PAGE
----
Waterkeepers WA Pushes EPA on Toxic Fish Rules
Seattle, WA — Today, Waterkeepers Washington, a coalition of statewide clean water advocates, put the U.S. Environmental Protection Agency (EPA) on notice it could be sued under the federal Clean Water Act for failing to protect Washingtonians from toxic pollution entering Puget Sound, the Columbia River, the Spokane River and other waterways.
Studies across Washington State show high levels of toxic pollution in certain types of locally caught fish and shellfish. According to Waterkeepers Washington, EPA is violating its duty under federal law by failing to take action and protect public health.
The 60-day notice letter of intent to sue under the Clean Water Act targets the so-called “fish consumption” rate. Earlier this year, the fish consumption issue was at the heart of the near shutdown of state government when Boeing and other industries lobbied the state to add years of delay to new toxic pollution laws.
According to the Waterkeeper groups, EPA is violating the law by allowing Washington’s Department of Ecology (Ecology) to grossly underestimate the state’s fish consumption rate, which is used to set water quality standards. The state of Washington incorrectly estimates its citizens have one of the lowest fish consumption rates in the nation. Consequently, water pollution limits are too high and fail to protect people who eat locally caught fish.
"EPA has long known that Washington Ecology never properly adopted a realistic fish consumption rate," said Janette Brimmer, an Earthjustice attorney representing members of Waterkeepers Washington. "EPA's lack of action is allowing polluters to discharge mercury, PCBs, lead and other toxins at levels that threaten public health. The EPA can no longer turn a blind eye to this."
An accurate fish consumption rate is important to public health because it is used to set water pollution standards. Central to the process is estimating how much fish people eat. Washington relies on an outdated system for setting fish consumption rates for water quality instead of establishing rates based on the best available data, particularly local surveys that reflect the amount of fish people actually eat.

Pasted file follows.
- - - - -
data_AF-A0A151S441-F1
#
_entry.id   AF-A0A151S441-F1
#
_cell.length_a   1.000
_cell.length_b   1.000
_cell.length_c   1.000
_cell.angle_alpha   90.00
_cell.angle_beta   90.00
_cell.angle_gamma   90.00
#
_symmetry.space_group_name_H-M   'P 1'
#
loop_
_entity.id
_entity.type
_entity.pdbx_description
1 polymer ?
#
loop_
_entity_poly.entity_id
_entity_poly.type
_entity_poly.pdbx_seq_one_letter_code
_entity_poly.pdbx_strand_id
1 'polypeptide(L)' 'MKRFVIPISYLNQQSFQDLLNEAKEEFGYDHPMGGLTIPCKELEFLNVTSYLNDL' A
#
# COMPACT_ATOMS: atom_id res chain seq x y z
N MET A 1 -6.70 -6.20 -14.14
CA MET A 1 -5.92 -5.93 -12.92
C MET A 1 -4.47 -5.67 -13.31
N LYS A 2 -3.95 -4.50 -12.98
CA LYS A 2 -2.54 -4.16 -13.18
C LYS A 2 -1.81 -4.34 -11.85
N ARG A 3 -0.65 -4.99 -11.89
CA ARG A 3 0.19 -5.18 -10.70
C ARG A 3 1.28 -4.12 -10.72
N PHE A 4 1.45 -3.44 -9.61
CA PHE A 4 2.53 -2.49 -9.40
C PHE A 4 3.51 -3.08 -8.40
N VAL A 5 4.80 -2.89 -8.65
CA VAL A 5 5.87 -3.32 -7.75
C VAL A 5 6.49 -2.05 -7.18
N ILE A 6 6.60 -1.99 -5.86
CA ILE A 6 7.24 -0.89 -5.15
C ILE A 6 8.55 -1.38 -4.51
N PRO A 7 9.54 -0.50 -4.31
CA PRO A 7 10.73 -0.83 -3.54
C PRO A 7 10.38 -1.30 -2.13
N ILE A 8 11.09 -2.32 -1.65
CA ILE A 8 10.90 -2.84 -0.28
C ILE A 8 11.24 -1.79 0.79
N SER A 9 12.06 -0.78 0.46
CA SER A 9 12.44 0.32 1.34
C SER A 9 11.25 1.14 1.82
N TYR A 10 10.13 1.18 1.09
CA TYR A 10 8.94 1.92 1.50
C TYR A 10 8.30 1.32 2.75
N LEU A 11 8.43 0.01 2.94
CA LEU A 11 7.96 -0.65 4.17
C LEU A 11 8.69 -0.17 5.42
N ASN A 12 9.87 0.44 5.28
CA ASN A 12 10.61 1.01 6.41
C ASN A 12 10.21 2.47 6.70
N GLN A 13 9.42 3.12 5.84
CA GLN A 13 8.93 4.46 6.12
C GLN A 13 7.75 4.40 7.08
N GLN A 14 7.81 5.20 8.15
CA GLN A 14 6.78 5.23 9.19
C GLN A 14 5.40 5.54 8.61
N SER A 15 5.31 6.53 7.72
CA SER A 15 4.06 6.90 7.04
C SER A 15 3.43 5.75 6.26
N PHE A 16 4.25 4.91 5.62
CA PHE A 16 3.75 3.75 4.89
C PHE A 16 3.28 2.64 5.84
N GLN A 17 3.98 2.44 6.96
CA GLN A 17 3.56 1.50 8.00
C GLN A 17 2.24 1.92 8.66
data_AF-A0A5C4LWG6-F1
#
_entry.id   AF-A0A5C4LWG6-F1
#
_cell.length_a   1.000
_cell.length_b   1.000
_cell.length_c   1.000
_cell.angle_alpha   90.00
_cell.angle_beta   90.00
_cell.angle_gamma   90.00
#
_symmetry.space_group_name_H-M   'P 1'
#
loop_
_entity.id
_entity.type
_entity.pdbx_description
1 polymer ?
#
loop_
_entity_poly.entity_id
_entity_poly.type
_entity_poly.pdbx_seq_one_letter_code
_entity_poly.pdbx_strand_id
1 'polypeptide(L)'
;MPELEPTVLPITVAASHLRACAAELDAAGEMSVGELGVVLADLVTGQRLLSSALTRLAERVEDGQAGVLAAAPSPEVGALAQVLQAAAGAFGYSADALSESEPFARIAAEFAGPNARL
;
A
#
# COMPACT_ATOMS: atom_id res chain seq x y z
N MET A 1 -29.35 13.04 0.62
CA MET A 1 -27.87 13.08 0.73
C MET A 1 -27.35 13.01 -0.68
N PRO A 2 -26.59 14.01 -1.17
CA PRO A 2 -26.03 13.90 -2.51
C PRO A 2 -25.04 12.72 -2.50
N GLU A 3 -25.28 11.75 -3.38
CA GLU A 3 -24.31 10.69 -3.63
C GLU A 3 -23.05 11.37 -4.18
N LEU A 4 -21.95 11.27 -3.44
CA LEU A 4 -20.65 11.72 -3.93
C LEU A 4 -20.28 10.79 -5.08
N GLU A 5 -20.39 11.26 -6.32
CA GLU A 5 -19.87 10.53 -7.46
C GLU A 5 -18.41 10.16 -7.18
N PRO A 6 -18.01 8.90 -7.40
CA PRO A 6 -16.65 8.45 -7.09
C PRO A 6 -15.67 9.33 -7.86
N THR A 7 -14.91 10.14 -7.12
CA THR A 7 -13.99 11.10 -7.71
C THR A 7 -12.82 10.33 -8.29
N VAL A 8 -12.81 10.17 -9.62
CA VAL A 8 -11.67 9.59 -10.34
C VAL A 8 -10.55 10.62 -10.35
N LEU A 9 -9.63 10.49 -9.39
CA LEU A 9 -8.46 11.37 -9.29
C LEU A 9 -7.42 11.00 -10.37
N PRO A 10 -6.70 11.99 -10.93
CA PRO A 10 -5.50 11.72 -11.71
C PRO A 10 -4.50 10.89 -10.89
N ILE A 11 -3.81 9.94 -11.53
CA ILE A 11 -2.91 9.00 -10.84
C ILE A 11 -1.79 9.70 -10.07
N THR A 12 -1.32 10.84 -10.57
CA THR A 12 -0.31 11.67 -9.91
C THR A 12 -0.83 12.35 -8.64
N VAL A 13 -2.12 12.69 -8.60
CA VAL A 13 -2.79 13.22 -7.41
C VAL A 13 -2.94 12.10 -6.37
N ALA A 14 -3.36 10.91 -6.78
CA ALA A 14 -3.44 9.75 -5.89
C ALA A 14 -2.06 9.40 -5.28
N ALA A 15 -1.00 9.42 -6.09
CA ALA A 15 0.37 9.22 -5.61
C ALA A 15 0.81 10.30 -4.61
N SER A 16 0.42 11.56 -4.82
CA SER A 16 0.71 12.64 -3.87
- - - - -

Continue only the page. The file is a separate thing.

Problems associated with underestimating fish consumption, including big business interests lobbying against reforms, are documented in a series of reports by investigative journalist Robert McClure of Investigate West.
"If there's a false assumption that people eat less fish, regulators believe they can dump more pollution into our waterways. This is flat-out wrong," said Chris Wilke, executive director of Puget Soundkeeper Alliance. "The feds and state need to start setting realistic fish consumption rates fix the rules and protect people."
In Washington State, fish consumption is estimated at a scant 6.5 grams (less than a quarter ounce) of fish or shellfish a day -- a morsel that fits on a snack cracker. The monthly estimate is slightly less than 8 ounces -- a modest serving of fillet. Under that estimate, less stringent water pollution limits are set.
"The one-fillet-a-month estimate is ridiculously low, particularly for the large number of local sport fishers, Native Americans, Asian Americans and others for whom fish and seafood plays a significant dietary role," said Matt Krogh, North Sound Baykeeper.
Surveys of local Native American tribes dating back to the 1990’s show consumption rates greatly and regularly exceeding the one-fillet-a-month estimate even with severely reduced stocks and contamination of salmon, shellfish, and other fish relied upon by these tribes.
“Catching and eating fish is not only a basic right of citizens here in Washington, it’s a way of life for many people,” said Bart Mihailovich, Spokane Riverkeeper. “Yet Washington’s water quality standards are among the nation’s least protective when it comes to human health. This needs to change immediately by evaluating the best science, adopting a realistic fish consumption rate and new toxic limits.”
"Why do states like New Jersey and Oregon have better protection against toxic pollution than Washington?" stated Brett VandenHeuvel, Executive Director of Columbia Riverkeeper. "We should be proud of our fishing heritage and stand for clean water, not bow to industry pressure."
Members of Waterkeepers Washington filed a 60-day notice of intent to sue letter under the Clean Water Act after years of unsuccessful attempts to persuade the federal agency and Ecology to set a realistic fish consumption rate and better protect people's health from the risks of neurological damage, cancer and other diseases.
Earthjustice attorneys Janette Brimmer and Matthew Baca are representing the members of Waterkeepers Washington, a coalition of licensed Waterkeeper organizations in the state of Washington including Spokane Riverkeeper, Columbia Riverkeeper, Puget Soundkeeper Alliance and North Sound Baykeeper.